How, then, are we to solve this problem of divine sovereignty and foreknowledge versus human free-will? Is it a one or the other dilemma? Lewis begins solving the problem by noting that part of the pseudo-problem is man’s false understanding of God’s relation to time. Man is temporal, says Lewis, but not God. The problem is created because “he [man] takes Time for an ultimate reality. He supposes that the Enemy [God], like himself [man], sees some things as present, remembers others as past, and anticipates others as future.”[4] The reality, says, Lewis, is quite the contrary. God is not a temporal Being, he is neither in time nor limited by time, so, the pseudo-problem of how divine foreknowledge and sovereignty could be compatible with human free-will is based upon a misunderstanding of the nature of God. “How it does so is no problem at all; for the Enemy does not forsee the humans making their free contributions in a future, but sees them doing so in His unbounded Now. And obviously to watch a man doing something is not to make him to it.”[5]

Problem solved, or, rather, pseudo-problem disposed of. This, at least, is Lewis’s summary answer to the question, as he briefly approaches it in The Screwtape Letters. Those who have already studied the great church theologians, such as Augustine, Boethius, and Aquinas, will recognize that Lewis is giving a response that is entirely in line with their responses. Lewis ties this response to Boethius,[6] but anybody who has read Aquinas will recognize that Aquinas gives the same basic answer. The problem, says Screwtape, the demon who can’t possibly understand why in the world God would want these filthy bipeds to love him, is not How it is possible for God to infallibly know all things (past, present, and future), and yet maintain human free-will. Rather, “Why the creative act leaves room for their free will is the problem of problems.”[7] Demons seek forced submission, not freely given service.

Go to part 10.

[1]Ibid., 138.

[2]Ibid., 46, 139.

[3]Ibid., 46.

[4]Ibid., 138.

[5]Ibid., 139.



Popular posts from this blog

How Kant’s Synthesis of Empiricism and Rationalism resulted in Agnosticism

Immanuel Kant, presented with the extreme empiricism of Hume and the extreme rationalism of Liebniz, which he discovered through the writings Wolff, sought to take a middle road between these two extreme philosophical positions. I would submit that Kant’s synthesis of these two views leads to an agnosticism about what Kant called “the thing-in-itself”, and ultimately to the philosophical positions known as Atheism, determinism, and nihilism.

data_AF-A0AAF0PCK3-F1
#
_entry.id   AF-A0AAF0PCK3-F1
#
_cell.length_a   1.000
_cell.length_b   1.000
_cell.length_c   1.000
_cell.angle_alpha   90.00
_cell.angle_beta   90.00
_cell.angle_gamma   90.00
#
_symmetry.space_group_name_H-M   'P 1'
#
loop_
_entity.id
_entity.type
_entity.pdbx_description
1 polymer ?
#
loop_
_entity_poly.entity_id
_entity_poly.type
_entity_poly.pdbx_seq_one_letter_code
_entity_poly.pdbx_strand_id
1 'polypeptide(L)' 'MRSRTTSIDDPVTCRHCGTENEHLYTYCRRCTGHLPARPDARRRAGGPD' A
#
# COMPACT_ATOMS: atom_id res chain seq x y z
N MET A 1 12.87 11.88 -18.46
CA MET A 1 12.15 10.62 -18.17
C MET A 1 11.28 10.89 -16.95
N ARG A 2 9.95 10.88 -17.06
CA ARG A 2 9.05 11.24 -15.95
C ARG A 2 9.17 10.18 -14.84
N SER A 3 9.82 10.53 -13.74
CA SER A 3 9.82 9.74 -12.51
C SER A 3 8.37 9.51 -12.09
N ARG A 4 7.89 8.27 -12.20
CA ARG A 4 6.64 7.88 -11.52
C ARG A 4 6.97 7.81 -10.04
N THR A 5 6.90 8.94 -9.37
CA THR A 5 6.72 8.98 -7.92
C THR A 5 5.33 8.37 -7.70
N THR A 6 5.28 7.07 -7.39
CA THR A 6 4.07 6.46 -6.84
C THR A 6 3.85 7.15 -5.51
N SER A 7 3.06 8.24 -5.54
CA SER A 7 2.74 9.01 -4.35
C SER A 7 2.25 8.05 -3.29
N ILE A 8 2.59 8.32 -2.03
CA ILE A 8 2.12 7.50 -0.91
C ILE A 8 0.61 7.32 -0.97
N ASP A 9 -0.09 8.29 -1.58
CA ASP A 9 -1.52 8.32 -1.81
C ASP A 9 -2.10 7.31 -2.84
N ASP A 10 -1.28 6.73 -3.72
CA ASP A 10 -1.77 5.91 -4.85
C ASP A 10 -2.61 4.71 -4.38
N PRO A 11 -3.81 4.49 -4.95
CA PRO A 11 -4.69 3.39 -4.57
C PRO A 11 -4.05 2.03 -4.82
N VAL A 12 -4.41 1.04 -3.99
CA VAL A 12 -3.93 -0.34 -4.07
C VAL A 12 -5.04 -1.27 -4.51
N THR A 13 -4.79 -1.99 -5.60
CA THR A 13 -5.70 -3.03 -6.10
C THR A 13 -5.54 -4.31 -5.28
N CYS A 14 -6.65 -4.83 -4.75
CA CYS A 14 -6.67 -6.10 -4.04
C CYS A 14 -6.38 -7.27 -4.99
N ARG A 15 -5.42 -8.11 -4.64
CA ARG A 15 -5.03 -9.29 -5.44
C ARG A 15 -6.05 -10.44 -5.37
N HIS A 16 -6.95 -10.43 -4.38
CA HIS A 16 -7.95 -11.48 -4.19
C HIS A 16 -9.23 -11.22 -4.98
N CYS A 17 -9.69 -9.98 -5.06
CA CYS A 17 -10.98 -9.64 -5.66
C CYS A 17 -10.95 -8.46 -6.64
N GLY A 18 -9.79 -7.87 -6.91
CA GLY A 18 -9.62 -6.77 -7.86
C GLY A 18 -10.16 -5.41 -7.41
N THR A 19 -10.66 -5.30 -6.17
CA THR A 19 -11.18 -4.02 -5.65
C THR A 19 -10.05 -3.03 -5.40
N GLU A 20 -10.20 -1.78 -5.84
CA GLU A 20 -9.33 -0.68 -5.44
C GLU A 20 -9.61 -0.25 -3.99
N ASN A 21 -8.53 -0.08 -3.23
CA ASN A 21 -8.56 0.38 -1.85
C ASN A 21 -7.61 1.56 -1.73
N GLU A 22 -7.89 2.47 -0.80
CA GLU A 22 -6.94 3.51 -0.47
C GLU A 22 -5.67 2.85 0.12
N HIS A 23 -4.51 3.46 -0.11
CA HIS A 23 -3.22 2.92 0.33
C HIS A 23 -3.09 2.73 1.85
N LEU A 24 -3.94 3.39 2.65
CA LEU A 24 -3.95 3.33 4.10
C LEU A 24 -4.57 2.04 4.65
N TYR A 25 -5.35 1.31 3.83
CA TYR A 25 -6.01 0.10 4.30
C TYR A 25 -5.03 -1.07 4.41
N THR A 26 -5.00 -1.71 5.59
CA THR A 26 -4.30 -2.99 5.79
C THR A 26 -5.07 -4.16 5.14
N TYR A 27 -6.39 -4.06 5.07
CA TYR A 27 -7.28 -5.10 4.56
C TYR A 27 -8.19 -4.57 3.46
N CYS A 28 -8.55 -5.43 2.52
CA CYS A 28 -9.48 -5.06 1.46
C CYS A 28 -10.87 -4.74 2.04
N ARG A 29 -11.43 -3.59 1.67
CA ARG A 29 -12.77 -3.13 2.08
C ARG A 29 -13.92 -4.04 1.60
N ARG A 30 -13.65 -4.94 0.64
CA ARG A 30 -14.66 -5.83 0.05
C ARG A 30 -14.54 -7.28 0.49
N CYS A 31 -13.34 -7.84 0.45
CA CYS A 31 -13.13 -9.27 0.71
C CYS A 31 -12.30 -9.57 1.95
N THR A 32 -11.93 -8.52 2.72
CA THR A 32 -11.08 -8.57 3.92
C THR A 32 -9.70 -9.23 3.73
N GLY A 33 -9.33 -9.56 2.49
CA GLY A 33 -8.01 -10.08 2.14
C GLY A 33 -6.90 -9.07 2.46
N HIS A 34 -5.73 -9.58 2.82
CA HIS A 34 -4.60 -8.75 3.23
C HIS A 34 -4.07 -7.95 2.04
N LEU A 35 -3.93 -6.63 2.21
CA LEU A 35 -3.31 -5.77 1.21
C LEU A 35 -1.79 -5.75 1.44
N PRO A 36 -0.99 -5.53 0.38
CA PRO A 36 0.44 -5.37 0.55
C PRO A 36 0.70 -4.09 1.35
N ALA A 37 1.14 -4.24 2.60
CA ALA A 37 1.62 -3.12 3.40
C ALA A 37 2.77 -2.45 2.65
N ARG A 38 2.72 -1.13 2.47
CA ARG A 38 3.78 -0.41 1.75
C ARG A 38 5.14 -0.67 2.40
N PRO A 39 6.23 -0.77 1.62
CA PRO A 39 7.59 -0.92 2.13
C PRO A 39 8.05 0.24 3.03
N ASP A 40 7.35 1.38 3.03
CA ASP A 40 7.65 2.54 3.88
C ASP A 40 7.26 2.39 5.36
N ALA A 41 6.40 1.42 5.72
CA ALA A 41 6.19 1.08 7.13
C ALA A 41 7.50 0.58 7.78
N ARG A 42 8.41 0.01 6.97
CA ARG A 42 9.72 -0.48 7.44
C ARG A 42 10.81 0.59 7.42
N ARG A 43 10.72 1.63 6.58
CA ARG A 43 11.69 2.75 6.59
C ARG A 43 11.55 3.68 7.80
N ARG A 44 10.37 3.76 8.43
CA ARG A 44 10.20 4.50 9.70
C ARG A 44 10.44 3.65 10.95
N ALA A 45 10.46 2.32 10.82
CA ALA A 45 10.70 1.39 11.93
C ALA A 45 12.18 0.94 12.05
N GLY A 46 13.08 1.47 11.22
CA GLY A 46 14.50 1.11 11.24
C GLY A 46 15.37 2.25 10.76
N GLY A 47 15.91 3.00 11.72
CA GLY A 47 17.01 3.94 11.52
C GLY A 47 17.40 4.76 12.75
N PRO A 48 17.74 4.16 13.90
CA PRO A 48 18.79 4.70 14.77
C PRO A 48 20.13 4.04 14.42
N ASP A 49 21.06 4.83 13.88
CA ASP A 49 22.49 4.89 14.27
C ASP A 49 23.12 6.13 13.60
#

Kant’s Sources
First of all, Kant was influenced by Hume’s empiricism and Newton’s physics. He saw that the physical sciences, in contrast to rationalistic metaphysics, were actually making advances. They were making discoveries, and building a system of knowledge that accurately described the world of our sense perceptions. Rationalistic metaphysics, on the other hand, was floundering amidst the combating systems that the philosophers were erecting. It did not provide new knowledge, and only led to unacceptable conclusions, such as the Absolute Mon…


Leisure: The Basis of Culture & the Philosophical Act. Josef Pieper. Translated by Alexander Dru. 1963. Reprint, Ignatius Press, 2009. 143 pp. $12.99. ISBN 978-1-58617-256-5.
            This book is composed of two articles written by the German philosopher Josef Pieper. Though the two articles are intimately connected, they form two distinct works; as such, this book review will begin by giving a brief introduction to the works in question, followed by and exposition of each of the works individually. The two articles that are included in this book, Leisure: the Basis of Culture and The Philosophical Act, were both published in 1947, and, as such, were written during the cultural crisis in Germany that followed the Second World War. Not only did Pieper have the cultural crisis in mind when he wrote these articles, but he was also writing in light of the works of the most well-known German philosopher of the time – Martin Heidegger. As such, any reader who is familiar with Heidegg…

A Short outline of Charles Taylor's: The Malaise of Modernity

            This is simply an outline of Taylor’s basic argument in this short work written by Charles Taylor. The idea of this outline is to help the reader understand the book by providing a simple outline of the basic argument that Taylor is presenting here. The book, which is essentially the manuscript is the fruit of a series of presentations that Taylor made at the Massey Conferences which are hosted by Massey College and Radio-Canada, is divided into 10 chapters. In the first chapter Taylor essentially proposes three causes (recognizing that there may be more) of the Malaise of Modernity: (1) Individualism or the Loss of Sense, (2) The Primacy of Instrumental Reason or the Loss of Ends, and (3) The effect on society and politics in general of the loss of sense to an inauthentic individualism and the domination of instrumental reason, or, the loss of true freedom. Taylor considers the first Malaise in chapters 2 to 8, the second in c…